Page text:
There are a number of reasons why university students take it upon themselves to find part-time work.
The opportunity to earn some extra money, topping up that student loan, provides you with the added security and peace of mind that you need not fear any nasty shocks when you visit a cash machine or gingerly check your bank balance online.
The chance to gain invaluable experience of the hustle and bustle of working life, with all of its challenges and responsibilities, gives you some priceless life skills and prepares you for the full-time employment that awaits you further down the line.
And even using a part-time job as a new way of meeting new people is not something to be sniffed at. Some of the closest friendships one can form are built in the workplace, and if your university commitments have taken you to a new and unfamiliar city, you will be inclined to pursue every different way of introducing yourself to those who live and work in the area.
Here are five top tips to help you prepare and search for part-time employment:
Assess your priorities before applying
It is a wise move to take the time to determine why exactly you want to get a job. If the main motivation is money, then spend a couple of hours working out all of your outgoings. Once you have budgeted accurately, you will know exactly how much money you need to earn. This may sound like one big yawnfest, but it will save you time and hassle when you begin your job search, because you will go into it with a clear indication of the minimum salary you desire.
If you are more interested in getting into part-time work because you want to improve your long-term career prospects, have a think about whether you want to find a role that fits in with your career ambitions, or whether you want to do something completely detached from your future job plans. If you decide you want to find something totally different, that is a good opportunity to look more versatile on your CV. If you want to pursue something similar to the job you intend to do in the future, it might be an idea to check out work experience placements first.
Speak to your university
Your university will not have a problem with you working part-time, but it is advisable to speak to university staff about your intentions before securing a job. They will be able to guide you on what they deem to be an appropriate amount of hours you should be working.
It is important to pay close attention to their advice, because they are familiar with the intricacies of your courses and know exactly how much time and energy is required to make your university experience a fruitful one. Getting some extra money in your pocket and skills on your CV is all well and good, but it is not worth it if you burn out because your studies – and ultimately your career prospects – will suffer in the process.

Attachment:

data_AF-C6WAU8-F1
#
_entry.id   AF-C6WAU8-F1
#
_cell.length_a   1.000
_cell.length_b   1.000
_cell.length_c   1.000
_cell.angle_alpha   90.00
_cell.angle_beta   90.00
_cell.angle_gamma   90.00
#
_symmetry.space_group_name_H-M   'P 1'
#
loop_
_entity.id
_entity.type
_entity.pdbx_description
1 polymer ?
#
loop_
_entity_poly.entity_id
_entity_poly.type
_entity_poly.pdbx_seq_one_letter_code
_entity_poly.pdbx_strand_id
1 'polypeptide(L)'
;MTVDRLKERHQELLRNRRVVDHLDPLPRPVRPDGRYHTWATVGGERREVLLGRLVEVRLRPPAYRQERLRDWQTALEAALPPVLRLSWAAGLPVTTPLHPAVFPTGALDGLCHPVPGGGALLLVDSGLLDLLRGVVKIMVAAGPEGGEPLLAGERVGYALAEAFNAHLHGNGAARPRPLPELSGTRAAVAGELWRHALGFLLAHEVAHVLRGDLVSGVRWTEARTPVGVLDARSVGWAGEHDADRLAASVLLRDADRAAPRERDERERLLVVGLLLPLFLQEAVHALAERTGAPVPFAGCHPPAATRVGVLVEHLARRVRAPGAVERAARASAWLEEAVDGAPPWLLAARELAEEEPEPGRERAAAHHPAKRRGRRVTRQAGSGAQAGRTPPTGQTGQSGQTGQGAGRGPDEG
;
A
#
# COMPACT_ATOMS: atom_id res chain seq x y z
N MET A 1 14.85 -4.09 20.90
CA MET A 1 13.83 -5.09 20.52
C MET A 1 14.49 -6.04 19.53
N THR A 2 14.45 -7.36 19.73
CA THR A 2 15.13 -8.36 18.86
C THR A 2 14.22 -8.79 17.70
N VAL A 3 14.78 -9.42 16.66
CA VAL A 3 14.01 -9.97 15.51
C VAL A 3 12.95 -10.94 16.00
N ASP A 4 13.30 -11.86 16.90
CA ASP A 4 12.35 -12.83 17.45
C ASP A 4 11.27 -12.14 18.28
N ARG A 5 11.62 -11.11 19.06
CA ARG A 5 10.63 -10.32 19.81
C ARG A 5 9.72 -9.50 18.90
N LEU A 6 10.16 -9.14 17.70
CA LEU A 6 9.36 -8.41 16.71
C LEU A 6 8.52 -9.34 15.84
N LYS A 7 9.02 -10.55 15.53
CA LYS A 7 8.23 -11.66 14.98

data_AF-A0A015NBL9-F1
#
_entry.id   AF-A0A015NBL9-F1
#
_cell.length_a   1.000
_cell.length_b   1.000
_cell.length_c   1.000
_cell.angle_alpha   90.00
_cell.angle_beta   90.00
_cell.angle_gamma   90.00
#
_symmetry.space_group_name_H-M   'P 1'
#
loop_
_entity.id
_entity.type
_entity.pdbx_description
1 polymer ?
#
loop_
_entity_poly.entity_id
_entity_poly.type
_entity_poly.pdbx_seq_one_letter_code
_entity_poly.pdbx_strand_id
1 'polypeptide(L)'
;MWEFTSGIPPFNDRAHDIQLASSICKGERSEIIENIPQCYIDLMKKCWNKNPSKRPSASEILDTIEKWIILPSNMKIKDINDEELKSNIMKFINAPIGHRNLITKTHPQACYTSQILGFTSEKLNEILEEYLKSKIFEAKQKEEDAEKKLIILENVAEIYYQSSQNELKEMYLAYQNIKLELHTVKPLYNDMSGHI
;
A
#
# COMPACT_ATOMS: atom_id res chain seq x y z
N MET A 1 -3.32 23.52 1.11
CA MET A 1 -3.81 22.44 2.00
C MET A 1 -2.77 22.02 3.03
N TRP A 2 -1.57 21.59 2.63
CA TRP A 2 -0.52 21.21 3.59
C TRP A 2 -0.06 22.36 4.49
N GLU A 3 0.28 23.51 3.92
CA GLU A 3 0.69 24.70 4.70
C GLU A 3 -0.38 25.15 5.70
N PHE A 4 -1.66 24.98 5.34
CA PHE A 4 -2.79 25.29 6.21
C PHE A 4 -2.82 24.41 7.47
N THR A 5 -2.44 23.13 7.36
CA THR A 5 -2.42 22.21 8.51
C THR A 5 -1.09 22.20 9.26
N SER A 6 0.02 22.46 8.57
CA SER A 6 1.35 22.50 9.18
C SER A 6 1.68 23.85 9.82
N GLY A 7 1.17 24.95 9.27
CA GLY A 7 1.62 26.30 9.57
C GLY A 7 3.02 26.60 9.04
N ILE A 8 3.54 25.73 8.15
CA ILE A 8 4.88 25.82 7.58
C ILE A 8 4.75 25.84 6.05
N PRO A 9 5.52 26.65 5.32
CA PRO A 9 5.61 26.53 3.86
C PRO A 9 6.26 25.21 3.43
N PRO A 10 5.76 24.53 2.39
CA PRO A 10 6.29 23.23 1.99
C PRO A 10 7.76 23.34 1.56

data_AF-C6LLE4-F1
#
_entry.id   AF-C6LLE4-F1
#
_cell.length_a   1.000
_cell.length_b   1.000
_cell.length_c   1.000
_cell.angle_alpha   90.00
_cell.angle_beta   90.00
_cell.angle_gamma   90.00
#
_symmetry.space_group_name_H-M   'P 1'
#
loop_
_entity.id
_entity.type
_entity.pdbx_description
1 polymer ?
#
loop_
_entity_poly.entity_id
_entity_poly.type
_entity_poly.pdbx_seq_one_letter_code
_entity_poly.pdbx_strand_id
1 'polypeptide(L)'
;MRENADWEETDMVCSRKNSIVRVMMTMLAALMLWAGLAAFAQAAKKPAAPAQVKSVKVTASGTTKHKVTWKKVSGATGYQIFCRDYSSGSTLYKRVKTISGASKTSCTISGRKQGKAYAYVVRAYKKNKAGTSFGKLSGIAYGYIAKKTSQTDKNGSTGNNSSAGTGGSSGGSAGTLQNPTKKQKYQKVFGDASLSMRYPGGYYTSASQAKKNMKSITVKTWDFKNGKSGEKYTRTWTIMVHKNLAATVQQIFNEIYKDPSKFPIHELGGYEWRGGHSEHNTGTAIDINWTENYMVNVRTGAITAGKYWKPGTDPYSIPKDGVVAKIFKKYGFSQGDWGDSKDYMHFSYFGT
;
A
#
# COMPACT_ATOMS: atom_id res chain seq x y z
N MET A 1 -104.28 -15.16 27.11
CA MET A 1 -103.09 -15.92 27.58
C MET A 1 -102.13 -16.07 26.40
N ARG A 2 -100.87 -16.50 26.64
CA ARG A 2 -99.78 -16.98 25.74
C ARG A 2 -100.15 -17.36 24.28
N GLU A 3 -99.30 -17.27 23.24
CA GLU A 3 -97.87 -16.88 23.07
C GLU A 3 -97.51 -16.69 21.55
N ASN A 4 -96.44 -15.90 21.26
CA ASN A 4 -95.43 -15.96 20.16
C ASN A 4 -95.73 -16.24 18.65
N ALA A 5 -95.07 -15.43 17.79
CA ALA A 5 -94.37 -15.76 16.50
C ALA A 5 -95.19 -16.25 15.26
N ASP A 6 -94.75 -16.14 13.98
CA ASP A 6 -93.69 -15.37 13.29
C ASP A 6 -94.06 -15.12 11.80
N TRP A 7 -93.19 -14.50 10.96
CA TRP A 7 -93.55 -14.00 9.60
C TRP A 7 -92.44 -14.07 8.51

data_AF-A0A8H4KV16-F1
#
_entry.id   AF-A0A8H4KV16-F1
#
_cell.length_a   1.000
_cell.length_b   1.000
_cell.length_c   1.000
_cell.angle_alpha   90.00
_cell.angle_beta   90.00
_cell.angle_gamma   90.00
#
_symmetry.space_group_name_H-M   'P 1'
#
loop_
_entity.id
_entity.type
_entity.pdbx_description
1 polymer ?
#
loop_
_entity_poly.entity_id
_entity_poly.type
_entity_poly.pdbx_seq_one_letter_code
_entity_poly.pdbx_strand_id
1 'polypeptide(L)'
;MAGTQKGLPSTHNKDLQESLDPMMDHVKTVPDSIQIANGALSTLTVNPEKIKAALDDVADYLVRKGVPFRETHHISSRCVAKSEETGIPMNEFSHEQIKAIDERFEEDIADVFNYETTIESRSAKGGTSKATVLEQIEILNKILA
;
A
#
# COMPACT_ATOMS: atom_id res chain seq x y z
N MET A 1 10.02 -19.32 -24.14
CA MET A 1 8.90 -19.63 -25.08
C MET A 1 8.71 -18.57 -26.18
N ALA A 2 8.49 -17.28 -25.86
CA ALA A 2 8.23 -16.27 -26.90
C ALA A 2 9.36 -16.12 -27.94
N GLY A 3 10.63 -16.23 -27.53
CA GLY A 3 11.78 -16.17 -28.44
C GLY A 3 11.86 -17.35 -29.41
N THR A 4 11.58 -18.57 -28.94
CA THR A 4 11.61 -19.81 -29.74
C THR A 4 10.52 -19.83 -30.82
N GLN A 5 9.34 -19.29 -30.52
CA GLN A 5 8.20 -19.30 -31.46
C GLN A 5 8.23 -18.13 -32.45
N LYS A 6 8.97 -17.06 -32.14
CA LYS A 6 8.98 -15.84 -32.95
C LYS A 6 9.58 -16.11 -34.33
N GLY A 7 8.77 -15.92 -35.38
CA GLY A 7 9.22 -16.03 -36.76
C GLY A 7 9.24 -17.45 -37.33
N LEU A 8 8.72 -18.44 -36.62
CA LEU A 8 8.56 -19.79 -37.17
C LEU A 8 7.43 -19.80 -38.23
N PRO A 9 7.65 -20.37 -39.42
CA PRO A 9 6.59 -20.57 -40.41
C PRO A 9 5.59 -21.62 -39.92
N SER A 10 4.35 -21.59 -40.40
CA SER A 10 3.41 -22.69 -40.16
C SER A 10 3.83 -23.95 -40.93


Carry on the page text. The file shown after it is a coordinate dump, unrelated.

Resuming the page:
Spruce up your CV
It is essential that your CV is presentable and error-free. If you are one of 25 applicants, you need to stand out from the crowd and also be honest – don’t tell any fibs because they come back to haunt you!
Any kind of obvious error will lead to a rejection from the employer. They hate spelling or grammatical mistakes, because it gives them the impression that you didn’t take the time to read through the document before hitting the ‘send’ button. It does not take a great deal of time or effort to proof read your work and carry out a spellcheck search. If it’s not your strong point, ask for help from someone you know who is good at this kind of thing!
Get some experience
Showing a potential employer that you are willing, eager and determined is half the battle won. You can give yourself an edge over the competition by entering the application process with some experience under your belt.
A ‘quick win’ way of doing this is to do some volunteering. While it is not financially rewarding, it does give you the opportunity to experience the world of employment, which in turn provides you with the confidence and skills to thrive once you start your part-time job.
Get your geography right!
Don’t give yourself a mountain to climb by getting a part-time job that is too far away. The role might sound ideal, but if you have to get a train and two buses, or have to drive for two hours to get there, you will soon run out of steam and your motivation will dwindle rapidly.
That is why finding the right student accommodation is so important to making your university experience an enjoyable and rewarding one. Living somewhere close to university, work, local amenities and social hot spots puts you in a great position to get the most out of an exciting few years.
Homes for Students is one of the UK’s leading providers of student accommodation, working in partnership with universities and student unions in order to deliver the best possible student experience.
Offering a range of student accommodation across the UK with shared and en-suite bathrooms, cluster apartments and studios, deluxe rooms and student houses, Homes of Students provides properties which have the student’s needs in mind.